United Kingdom patent GB-A-2 309 240 describes water-in-oil emulsions which are reversed when the salinity of the aqueous phase is reduced simply by adding fresh water or even seawater. This remarkable property is achieved by using combinations of ethoxylate type non-ionic surfactants and sulfonate anionic surfactants as the emulsifying agent. However, such combinations of surfactants cannot produce all of the properties simultaneously, namely endowing the emulsion with high stability, even at high temperatures, while using additives that are biodegradable and of low toxicity.
Recently, a number of authors have proposed using amphiphilic polymers as the emulsifying agent. Most of the work has been directed towards copolymers with polyoxyethylene grafts and has shown that the stability of a direct (oil-in-water) emulsion increases with the proportion of grafts and with their length. Further, R. Y. Lochhead, in particular in ACS Symp. Seris. 462, 101, 1991, and in other articles published with his co-workers, has described hydrophobic modified poly-acrylates, with a hydrophilic backbone formed from a cross-linked high molecular weight polyacrylic acid modified to less than 1 mole % with long chain alkylacrylates or alkylmethacylates or with an undefined proportion of Carbopol hydrophobic residues. The emulsions obtained with high concentrations of such hydrophobic modified polyacrylates are destabilized by adding an electrolyte.
There is a need for particular polymers which can stabilize emulsions.
The present invention provides polyelectrolytes which have been modified to render them hydrophobic by amidification of a hydrophilic backbone by n-alkylamines, preferably di-n-alkylamines, the alkyl chains of which contain 6 to 22 carbon atoms. Amidification is preferably carried out using di-n-dodecylamine HN—(C12H25)2.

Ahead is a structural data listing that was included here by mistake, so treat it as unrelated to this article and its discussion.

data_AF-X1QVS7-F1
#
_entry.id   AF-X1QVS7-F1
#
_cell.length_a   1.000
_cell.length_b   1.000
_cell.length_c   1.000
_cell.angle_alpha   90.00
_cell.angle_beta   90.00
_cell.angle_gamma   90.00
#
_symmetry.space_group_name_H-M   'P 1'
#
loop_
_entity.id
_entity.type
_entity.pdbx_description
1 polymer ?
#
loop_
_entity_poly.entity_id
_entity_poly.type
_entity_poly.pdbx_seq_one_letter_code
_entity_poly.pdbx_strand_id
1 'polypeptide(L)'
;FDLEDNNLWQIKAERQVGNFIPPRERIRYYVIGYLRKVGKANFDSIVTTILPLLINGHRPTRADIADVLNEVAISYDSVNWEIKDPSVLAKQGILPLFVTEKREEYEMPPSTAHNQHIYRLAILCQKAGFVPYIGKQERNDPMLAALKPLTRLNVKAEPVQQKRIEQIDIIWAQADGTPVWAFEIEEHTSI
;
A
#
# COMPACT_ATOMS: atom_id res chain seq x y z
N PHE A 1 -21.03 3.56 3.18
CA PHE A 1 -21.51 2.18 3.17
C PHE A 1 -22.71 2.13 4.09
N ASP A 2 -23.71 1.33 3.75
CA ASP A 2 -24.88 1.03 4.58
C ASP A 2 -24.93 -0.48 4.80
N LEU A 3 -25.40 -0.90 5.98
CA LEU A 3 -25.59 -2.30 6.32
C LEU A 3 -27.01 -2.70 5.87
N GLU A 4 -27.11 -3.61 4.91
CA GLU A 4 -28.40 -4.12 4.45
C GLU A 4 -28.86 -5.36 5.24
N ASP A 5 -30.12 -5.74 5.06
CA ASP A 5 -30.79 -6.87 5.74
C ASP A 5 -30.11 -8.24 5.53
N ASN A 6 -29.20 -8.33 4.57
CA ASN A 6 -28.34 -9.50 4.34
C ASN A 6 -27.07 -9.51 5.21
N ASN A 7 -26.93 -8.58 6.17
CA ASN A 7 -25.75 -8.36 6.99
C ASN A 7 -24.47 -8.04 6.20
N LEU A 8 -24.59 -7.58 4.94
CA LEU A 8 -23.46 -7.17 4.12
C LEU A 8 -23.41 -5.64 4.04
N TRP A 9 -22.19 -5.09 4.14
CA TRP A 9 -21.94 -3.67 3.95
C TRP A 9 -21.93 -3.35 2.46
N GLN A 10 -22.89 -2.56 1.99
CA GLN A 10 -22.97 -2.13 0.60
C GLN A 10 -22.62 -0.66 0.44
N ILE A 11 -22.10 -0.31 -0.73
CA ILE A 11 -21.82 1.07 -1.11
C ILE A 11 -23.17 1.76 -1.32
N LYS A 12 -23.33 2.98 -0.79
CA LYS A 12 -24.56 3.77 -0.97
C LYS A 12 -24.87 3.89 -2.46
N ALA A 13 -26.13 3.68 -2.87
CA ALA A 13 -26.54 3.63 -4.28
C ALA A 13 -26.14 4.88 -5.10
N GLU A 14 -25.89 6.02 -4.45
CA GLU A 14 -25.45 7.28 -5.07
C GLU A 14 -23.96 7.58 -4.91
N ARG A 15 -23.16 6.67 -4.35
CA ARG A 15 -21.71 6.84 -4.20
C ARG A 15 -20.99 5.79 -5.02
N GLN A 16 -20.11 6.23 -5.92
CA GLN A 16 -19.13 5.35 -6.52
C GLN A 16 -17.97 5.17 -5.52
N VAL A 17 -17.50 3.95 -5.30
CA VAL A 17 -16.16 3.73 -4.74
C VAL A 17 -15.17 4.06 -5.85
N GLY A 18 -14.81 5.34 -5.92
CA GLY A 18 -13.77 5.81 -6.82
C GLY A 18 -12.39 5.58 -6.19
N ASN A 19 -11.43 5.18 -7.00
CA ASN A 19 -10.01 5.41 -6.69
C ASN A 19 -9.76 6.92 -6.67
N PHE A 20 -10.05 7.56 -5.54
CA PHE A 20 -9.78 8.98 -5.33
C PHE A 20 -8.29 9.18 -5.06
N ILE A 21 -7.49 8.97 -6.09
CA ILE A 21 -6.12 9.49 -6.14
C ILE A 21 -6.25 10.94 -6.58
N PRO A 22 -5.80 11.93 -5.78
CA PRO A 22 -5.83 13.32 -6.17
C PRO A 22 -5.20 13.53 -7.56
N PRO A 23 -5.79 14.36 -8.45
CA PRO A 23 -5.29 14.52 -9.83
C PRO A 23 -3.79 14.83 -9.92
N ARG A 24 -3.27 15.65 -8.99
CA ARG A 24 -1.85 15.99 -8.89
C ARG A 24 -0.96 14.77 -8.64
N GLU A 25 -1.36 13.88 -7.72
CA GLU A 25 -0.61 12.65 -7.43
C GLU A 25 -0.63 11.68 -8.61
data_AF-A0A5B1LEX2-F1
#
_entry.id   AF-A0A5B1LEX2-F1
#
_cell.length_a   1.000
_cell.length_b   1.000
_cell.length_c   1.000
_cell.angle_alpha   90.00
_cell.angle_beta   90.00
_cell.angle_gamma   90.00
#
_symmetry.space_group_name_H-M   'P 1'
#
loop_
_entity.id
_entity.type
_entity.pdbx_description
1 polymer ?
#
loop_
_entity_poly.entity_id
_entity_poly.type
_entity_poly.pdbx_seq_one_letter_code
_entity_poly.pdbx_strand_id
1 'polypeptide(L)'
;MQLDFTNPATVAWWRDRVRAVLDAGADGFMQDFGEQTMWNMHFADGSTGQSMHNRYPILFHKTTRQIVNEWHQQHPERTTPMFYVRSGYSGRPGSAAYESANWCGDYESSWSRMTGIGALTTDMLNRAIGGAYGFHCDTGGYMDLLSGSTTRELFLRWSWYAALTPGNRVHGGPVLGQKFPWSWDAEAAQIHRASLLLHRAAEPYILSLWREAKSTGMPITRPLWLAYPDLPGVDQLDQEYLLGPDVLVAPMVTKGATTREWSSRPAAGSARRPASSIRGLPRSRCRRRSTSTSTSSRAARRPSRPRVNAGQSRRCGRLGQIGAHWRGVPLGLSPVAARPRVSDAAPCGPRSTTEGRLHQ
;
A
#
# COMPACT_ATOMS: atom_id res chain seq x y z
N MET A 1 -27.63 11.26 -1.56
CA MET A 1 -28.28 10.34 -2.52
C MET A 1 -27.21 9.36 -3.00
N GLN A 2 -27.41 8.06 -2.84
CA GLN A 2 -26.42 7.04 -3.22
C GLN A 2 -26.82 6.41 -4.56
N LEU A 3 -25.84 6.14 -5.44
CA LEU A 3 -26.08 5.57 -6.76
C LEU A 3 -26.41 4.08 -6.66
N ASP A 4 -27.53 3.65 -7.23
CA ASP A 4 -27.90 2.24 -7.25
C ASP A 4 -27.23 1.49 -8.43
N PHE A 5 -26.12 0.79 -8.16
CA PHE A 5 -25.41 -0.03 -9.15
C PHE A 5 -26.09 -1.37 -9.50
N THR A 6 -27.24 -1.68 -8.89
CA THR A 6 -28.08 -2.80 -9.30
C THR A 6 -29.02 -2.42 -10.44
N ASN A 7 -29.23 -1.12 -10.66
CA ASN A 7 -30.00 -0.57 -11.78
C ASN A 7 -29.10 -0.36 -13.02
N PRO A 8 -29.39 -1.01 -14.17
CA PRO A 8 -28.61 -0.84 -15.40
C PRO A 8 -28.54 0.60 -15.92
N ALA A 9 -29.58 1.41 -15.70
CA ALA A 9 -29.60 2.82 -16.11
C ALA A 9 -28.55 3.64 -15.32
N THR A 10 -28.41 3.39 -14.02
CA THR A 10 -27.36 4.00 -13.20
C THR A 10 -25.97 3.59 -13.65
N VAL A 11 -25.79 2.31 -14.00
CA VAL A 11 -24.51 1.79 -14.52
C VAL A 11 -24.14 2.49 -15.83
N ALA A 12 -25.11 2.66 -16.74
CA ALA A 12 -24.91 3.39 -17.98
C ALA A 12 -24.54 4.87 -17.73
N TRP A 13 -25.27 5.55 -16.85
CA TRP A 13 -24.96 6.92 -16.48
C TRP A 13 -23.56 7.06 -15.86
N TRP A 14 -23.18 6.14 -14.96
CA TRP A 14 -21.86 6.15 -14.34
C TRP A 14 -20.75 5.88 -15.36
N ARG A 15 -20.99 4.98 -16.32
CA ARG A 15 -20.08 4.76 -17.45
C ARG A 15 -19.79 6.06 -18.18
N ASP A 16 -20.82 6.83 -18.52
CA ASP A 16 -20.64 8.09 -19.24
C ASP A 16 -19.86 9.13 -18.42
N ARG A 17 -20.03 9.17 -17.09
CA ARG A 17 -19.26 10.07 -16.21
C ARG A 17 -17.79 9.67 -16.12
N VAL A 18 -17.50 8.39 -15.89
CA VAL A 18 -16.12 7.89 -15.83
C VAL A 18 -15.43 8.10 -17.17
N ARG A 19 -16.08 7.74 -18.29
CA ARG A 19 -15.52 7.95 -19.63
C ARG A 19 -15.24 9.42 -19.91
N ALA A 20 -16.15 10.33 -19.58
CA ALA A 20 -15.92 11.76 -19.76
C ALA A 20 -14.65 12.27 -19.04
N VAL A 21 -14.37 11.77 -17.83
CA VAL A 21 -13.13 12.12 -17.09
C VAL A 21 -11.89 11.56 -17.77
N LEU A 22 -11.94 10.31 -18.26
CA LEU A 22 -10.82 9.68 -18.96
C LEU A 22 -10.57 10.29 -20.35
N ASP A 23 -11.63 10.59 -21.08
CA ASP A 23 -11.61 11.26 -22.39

The proportion of alkylamines introduced into the hydrophilic backbone must be such that the modified polymer is substantially insoluble in pure water. Preferably, it is in the range 0.10 to 0.50 moles of n-alkylamine per mole of hydrophilic polymer.
The hydrophilic backbone is preferably:- a sodium polyacrylate with a molar mass which falls within a wide range; preferably, the mass average molecular mass is in the range 50,000 to 2,000,000, more preferably in the range 100,000 to 1,500,000—or the corresponding polyacrylic acid—or a statistical copolymer of an acrylate and 2-acrylamido-2-methylpropanesulfonic acid (AMPS) with a composition which falls within a wide range. Preferably, the statistical copolymer comprises 0.3 to 0.7 moles of AMPS per mole of acrylate.
More generally, the hydrophilic polymer is a homopolymer or copolymer based on monomers selected from polymers comprising one or more co-monomers selected from acrylic acid, methacrylic acid or any other alkyl derivative substituted in the β position of the acrylic acid, or esters of these acids obtained with mono- or polyalkyleneglycols, acrylamide, methacrylamide, vinylpyrrolidone, itaconic acid, maleic acid, 2-acrylamido-2-methylpropanesulfonate (AMPS), styrene-4-sulfonic acid or vinylsulfonic acid.